A company created to help raise Pensacola students gets help to do even more good.
Bantucola, the Northwest Florida Black Business Directory website, awarded its $1,500 capacity building grant to Kenita Mitchell of Harmonic Learning Education and Training.
Harmonic Learning Education and Training is a holistic education center built on the idea of providing long-term individualized academic assistance to K-12 students of all ages and abilities. The organization offers a three-step approach of love, fun and learning to improve academic performance and build confidence for all students.
For Mitchell, teaching may not pay much, but it’s a “love career.”
“It’s a service industry and so those of us in it, we enjoy to some degree serving you, and for me what keeps me going is exactly that,” said Mitchell. “Bringing a kid in, the light bulb completely off – they may hate school, they may hate learning – but through that love, that fun, but still teaching them the learning part, that little light bulb goes out like ‘ Ding!’ That’s what keeps me going.”
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The small business owner was one of 40 applicants who applied for the Black-Owned Small Business Grant in Northwest Florida. Applicants had to write 500 words or less to describe how they would use this injection of capital into their business to grow. The money was provided to Bantucola by anonymous donors who wanted to help improve the black business community.
Bantucola founder Chris Hendricks said the judges were very impressed with Mitchell’s submission. Mitchell said she plans to use the funding for software and security upgrades for the company.
“She did a really good job explaining how she would accept that $1,500, unlike someone who kind of left it open,” Hendricks said.
How Harmonic Learning Was Born
Harmonic Learning received four of five first-place votes to win the grant.
Harmonic Learning Education and Training was founded by Mitchell after discovering his love for teaching in eighth grade. She was a babysitter in East Hill when neighborhood parents realized her academic talent and asked her to tutor their children. She took her high school tutoring services when she was a student at Booker T. Washington High School and started tutoring at the now-closed Spencer Bibbs Elementary School.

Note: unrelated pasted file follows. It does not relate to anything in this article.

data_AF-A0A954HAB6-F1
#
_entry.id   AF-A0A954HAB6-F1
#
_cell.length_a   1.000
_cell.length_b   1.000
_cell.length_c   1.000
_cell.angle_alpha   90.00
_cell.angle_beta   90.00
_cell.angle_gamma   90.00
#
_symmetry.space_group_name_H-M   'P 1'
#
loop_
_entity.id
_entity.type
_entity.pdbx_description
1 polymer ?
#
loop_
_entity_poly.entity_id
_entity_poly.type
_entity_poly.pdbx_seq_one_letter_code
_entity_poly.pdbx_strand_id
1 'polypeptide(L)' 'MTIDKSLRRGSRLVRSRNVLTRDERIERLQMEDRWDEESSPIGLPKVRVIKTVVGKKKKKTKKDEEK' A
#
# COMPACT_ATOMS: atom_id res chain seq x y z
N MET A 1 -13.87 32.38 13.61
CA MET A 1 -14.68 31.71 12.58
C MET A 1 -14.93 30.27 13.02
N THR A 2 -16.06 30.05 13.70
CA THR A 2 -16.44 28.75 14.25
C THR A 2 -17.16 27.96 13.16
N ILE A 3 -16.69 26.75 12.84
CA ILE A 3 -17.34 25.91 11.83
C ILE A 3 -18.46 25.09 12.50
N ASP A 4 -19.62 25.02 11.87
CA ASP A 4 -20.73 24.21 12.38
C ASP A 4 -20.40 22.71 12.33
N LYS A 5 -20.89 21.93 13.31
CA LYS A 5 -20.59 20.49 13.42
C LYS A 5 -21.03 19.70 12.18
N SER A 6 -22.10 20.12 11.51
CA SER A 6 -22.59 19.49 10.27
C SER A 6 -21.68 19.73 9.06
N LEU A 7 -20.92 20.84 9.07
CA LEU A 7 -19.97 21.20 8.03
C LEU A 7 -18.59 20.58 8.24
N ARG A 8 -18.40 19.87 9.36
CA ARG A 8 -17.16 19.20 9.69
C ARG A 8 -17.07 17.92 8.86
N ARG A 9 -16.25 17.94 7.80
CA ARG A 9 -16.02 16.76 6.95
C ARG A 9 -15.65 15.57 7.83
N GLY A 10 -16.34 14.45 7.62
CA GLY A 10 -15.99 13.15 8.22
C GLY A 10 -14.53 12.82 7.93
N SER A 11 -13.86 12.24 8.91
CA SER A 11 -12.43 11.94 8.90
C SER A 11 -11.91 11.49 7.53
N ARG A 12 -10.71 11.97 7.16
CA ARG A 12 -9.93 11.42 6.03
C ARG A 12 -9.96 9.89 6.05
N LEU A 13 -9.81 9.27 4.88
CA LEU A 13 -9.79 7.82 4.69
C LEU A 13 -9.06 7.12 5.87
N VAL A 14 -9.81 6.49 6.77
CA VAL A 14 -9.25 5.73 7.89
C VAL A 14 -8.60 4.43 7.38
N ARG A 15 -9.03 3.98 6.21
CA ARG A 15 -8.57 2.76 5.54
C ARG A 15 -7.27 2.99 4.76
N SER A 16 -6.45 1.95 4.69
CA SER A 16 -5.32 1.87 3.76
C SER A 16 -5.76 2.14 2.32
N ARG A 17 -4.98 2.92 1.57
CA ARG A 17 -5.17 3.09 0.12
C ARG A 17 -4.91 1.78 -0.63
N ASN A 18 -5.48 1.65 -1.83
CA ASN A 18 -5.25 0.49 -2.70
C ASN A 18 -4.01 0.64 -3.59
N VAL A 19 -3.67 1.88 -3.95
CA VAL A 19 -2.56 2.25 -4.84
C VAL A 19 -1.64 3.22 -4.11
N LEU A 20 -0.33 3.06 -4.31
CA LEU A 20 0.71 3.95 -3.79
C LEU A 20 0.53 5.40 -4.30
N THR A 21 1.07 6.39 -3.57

When she graduated from college and returned to the community, she always felt the need to help students who needed extra support. Because some schools have large classrooms, it can be difficult for teachers to meet every student’s needs.
Mitchell decided to continue his tutoring services as Harmonic Learning in 2016 and formed the LLC in 2020.
Harmonic Learning has seven tutors, including Mitchell, who teach a variety of subjects. They incorporate individualized music into their sessions based on the needs of their students. Tutors also use a hands-on approach to lessons where students move and engage while learning.
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Mitchell said she views her business as a “community business” and strives to make her services affordable for all families. She said she was grateful for the grant as it would help fund a few projects to help her business grow.
Overall, Mitchell feels that tutoring services help relieve stress for parents, teachers, and schools.
“A child doesn’t have to be struggling for parents to seek educational support,” Mitchell said. “Your child doesn’t have to fail. Believe it or not, many children who succeed academically succeed because they have educational support outside of the classroom. Don’t expect your child not to seek help at the end of the day.